A Column of Fire
Book 3, Kingsbridge
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International bestselling author Ken Follett has enthralled millions of readers with The Pillars of the Earth and World Without End, two stories of the Middle Ages set in the fictional city of Kingsbridge. The saga now continues with Follett’s magnificent new epic, A Column of Fire.
In 1558, the ancient stones of Kingsbridge Cathedral look down on a city torn apart by religious conflict. As power in England shifts precariously between Catholics and Protestants, royalty and commoners clash, testing friendship, loyalty, and love.
Ned Willard wants nothing more than to marry Margery Fitzgerald. But when the lovers find themselves on opposing sides of the religious conflict dividing the country, Ned goes to work for Princess Elizabeth. When she becomes queen, all Europe turns against England. The shrewd, determined young monarch sets up the country’s first secret service to give her early warning of assassination plots, rebellions, and invasion plans. Over a turbulent half century, the love between Ned and Margery seems doomed as extremism sparks violence from Edinburgh to Geneva. Elizabeth clings to her throne and her principles, protected by a small, dedicated group of resourceful spies and courageous secret agents.
The real enemies, then as now, are not the rival religions. The true battle pitches those who believe in tolerance and compromise against the tyrants who would impose their ideas on everyone else—no matter what the cost.
Set during one of the most turbulent and revolutionary times in history, A Column of Fire is one of Follett’s most exciting and ambitious works yet. It will delight longtime fans of the Kingsbridge series and is the perfect introduction for readers new to Ken Follett.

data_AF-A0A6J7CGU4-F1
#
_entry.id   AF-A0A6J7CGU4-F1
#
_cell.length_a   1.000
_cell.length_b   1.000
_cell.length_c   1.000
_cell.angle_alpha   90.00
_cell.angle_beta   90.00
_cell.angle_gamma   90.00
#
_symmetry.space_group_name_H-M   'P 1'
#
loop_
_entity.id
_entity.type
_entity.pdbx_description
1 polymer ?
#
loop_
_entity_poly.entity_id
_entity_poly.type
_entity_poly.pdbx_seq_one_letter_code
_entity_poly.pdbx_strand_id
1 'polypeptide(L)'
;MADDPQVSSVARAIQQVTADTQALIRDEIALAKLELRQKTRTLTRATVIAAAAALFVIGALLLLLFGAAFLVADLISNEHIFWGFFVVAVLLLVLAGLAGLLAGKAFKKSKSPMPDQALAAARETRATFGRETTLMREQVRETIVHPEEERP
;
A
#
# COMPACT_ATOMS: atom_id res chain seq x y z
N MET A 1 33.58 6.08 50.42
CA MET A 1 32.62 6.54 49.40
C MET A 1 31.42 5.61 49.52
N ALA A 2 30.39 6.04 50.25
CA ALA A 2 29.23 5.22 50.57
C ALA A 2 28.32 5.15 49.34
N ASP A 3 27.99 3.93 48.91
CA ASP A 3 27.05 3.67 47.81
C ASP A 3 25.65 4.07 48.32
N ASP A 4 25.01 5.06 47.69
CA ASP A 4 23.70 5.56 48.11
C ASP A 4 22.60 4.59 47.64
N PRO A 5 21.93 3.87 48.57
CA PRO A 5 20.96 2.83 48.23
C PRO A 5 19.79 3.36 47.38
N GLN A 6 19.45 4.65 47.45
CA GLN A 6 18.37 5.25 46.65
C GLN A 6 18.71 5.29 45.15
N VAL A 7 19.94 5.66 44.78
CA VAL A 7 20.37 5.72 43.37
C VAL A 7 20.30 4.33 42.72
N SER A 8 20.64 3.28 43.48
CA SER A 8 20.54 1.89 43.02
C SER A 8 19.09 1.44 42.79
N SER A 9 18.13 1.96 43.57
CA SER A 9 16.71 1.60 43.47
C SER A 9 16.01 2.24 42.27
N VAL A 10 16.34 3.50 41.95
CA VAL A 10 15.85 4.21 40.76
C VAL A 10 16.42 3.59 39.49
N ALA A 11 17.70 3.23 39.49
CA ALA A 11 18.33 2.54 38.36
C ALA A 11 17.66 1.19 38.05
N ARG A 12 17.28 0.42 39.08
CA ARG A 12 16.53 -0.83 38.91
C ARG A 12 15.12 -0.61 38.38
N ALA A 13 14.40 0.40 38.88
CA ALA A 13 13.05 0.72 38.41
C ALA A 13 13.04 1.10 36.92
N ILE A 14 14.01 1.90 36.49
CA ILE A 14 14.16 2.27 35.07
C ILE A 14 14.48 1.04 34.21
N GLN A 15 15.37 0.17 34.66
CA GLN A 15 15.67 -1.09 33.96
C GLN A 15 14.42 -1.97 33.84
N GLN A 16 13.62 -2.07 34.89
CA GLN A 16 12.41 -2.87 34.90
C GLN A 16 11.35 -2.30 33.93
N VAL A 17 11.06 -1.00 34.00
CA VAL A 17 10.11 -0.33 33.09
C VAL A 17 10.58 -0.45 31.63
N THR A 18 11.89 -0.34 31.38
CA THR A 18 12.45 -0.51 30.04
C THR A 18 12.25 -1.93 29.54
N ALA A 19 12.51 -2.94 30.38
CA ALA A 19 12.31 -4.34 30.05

From Publishers Weekly
© Publishers Weekly
Love this series and this book
Great so far. Ken Follett is the master
Same old stuff
Anyone who read Edge of Eternity, the disastrous finale to the Fall of Giants trilogy, knows Follet’s extreme liberal act by now; anything conservative is evil and a threat. Column of Fire is no different, though it doesn’t take more than the opening chapter to realize this. In this one it’s the Catholic Church that’s the evil villain and anyone who is in it is a stupe. I’m done with this guy, he’s completely gone off the edge.
The master excels again
This is yet another superb experience from the master of history and narrative that weaves the characters into the true events of the time. It is captivating, informative and enlightening. To a reviewer who apparently knows nothing of history but couches his world in a political echo chamber, it may have been a disappointment. To an educated mind that engages a wide variety of literature it was a disappointment only that the end was inevitably reached. The entire series has been a gift from the one of the true giants of his art and his craft. Thank you, Mr. Follett, you enrich our lives.